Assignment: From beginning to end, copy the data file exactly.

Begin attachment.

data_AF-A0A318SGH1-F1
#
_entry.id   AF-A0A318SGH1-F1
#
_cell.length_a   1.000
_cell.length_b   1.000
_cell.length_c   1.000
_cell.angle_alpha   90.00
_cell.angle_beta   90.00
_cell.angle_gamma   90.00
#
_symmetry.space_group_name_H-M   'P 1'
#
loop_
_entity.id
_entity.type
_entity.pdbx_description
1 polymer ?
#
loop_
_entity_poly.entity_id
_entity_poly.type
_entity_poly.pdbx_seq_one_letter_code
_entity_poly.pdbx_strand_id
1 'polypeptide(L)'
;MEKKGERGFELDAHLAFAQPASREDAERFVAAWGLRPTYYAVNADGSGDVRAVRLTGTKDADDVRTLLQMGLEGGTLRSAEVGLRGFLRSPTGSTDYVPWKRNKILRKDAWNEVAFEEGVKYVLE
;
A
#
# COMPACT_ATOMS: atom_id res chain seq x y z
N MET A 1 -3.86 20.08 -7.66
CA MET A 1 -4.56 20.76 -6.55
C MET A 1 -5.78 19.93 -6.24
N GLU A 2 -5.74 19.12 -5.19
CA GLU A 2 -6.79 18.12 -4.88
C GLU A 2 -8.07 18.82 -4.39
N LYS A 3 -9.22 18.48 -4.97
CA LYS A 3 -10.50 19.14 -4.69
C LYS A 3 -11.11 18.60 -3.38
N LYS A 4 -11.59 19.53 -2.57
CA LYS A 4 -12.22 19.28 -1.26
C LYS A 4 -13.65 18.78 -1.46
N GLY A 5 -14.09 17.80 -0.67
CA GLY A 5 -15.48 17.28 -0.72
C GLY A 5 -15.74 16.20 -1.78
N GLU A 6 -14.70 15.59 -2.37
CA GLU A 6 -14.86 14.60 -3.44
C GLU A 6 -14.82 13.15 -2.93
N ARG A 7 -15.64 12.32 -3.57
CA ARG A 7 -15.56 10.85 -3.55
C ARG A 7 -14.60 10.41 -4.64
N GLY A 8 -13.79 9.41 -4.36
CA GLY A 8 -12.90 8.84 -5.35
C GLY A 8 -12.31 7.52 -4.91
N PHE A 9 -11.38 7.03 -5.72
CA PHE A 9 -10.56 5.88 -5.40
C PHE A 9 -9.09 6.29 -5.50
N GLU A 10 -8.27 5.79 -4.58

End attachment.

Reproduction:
data_AF-A0A318SGH1-F1
#
_entry.id   AF-A0A318SGH1-F1
#
_cell.length_a   1.000
_cell.length_b   1.000
_cell.length_c   1.000
_cell.angle_alpha   90.00
_cell.angle_beta   90.00
_cell.angle_gamma   90.00
#
_symmetry.space_group_name_H-M   'P 1'
#
loop_
_entity.id
_entity.type
_entity.pdbx_description
1 polymer ?
#
loop_
_entity_poly.entity_id
_entity_poly.type
_entity_poly.pdbx_seq_one_letter_code
_entity_poly.pdbx_strand_id
1 'polypeptide(L)'
;MEKKGERGFELDAHLAFAQPASREDAERFVAAWGLRPTYYAVNADGSGDVRAVRLTGTKDADDVRTLLQMGLEGGTLRSAEVGLRGFLRSPTGSTDYVPWKRNKILRKDAWNEVAFEEGVKYVLE
;
A
#
# COMPACT_ATOMS: atom_id res chain seq x y z
N MET A 1 -3.86 20.08 -7.66
CA MET A 1 -4.56 20.76 -6.55
C MET A 1 -5.78 19.93 -6.24
N GLU A 2 -5.74 19.12 -5.19
CA GLU A 2 -6.79 18.12 -4.88
C GLU A 2 -8.07 18.82 -4.39
N LYS A 3 -9.22 18.48 -4.97
CA LYS A 3 -10.50 19.14 -4.69
C LYS A 3 -11.11 18.60 -3.38
N LYS A 4 -11.59 19.53 -2.57
CA LYS A 4 -12.22 19.28 -1.26
C LYS A 4 -13.65 18.78 -1.46
N GLY A 5 -14.09 17.80 -0.67
CA GLY A 5 -15.48 17.28 -0.72
C GLY A 5 -15.74 16.20 -1.78
N GLU A 6 -14.70 15.59 -2.37
CA GLU A 6 -14.86 14.60 -3.44
C GLU A 6 -14.82 13.15 -2.93
N ARG A 7 -15.64 12.32 -3.57
CA ARG A 7 -15.56 10.85 -3.55
C ARG A 7 -14.60 10.41 -4.64
N GLY A 8 -13.79 9.41 -4.36
CA GLY A 8 -12.90 8.84 -5.35
C GLY A 8 -12.31 7.52 -4.91
N PHE A 9 -11.38 7.03 -5.72
CA PHE A 9 -10.56 5.88 -5.40
C PHE A 9 -9.09 6.29 -5.50
N GLU A 10 -8.27 5.79 -4.58